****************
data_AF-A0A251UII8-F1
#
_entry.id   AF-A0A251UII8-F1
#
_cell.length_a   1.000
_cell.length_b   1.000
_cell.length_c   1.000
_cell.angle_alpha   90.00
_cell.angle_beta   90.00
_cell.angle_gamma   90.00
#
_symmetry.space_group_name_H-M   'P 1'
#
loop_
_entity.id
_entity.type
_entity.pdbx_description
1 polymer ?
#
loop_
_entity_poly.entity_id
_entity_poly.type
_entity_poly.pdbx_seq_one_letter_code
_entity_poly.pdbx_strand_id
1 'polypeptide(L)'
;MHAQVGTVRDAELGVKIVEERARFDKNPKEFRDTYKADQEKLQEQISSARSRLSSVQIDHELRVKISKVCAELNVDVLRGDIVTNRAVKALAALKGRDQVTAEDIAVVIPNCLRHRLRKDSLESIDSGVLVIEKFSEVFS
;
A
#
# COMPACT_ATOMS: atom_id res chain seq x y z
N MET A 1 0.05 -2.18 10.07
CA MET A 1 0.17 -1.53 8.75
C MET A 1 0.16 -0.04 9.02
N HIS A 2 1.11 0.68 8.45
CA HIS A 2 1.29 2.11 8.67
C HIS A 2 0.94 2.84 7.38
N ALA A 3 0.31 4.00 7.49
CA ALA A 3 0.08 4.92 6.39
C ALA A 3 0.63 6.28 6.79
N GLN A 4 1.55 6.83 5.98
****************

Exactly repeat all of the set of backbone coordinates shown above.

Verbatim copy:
data_AF-A0A251UII8-F1
#
_entry.id   AF-A0A251UII8-F1
#
_cell.length_a   1.000
_cell.length_b   1.000
_cell.length_c   1.000
_cell.angle_alpha   90.00
_cell.angle_beta   90.00
_cell.angle_gamma   90.00
#
_symmetry.space_group_name_H-M   'P 1'
#
loop_
_entity.id
_entity.type
_entity.pdbx_description
1 polymer ?
#
loop_
_entity_poly.entity_id
_entity_poly.type
_entity_poly.pdbx_seq_one_letter_code
_entity_poly.pdbx_strand_id
1 'polypeptide(L)'
;MHAQVGTVRDAELGVKIVEERARFDKNPKEFRDTYKADQEKLQEQISSARSRLSSVQIDHELRVKISKVCAELNVDVLRGDIVTNRAVKALAALKGRDQVTAEDIAVVIPNCLRHRLRKDSLESIDSGVLVIEKFSEVFS
;
A
#
# COMPACT_ATOMS: atom_id res chain seq x y z
N MET A 1 0.05 -2.18 10.07
CA MET A 1 0.17 -1.53 8.75
C MET A 1 0.16 -0.04 9.02
N HIS A 2 1.11 0.68 8.45
CA HIS A 2 1.29 2.11 8.67
C HIS A 2 0.94 2.84 7.38
N ALA A 3 0.31 4.00 7.49
CA ALA A 3 0.08 4.92 6.39
C ALA A 3 0.63 6.28 6.79
N GLN A 4 1.55 6.83 5.98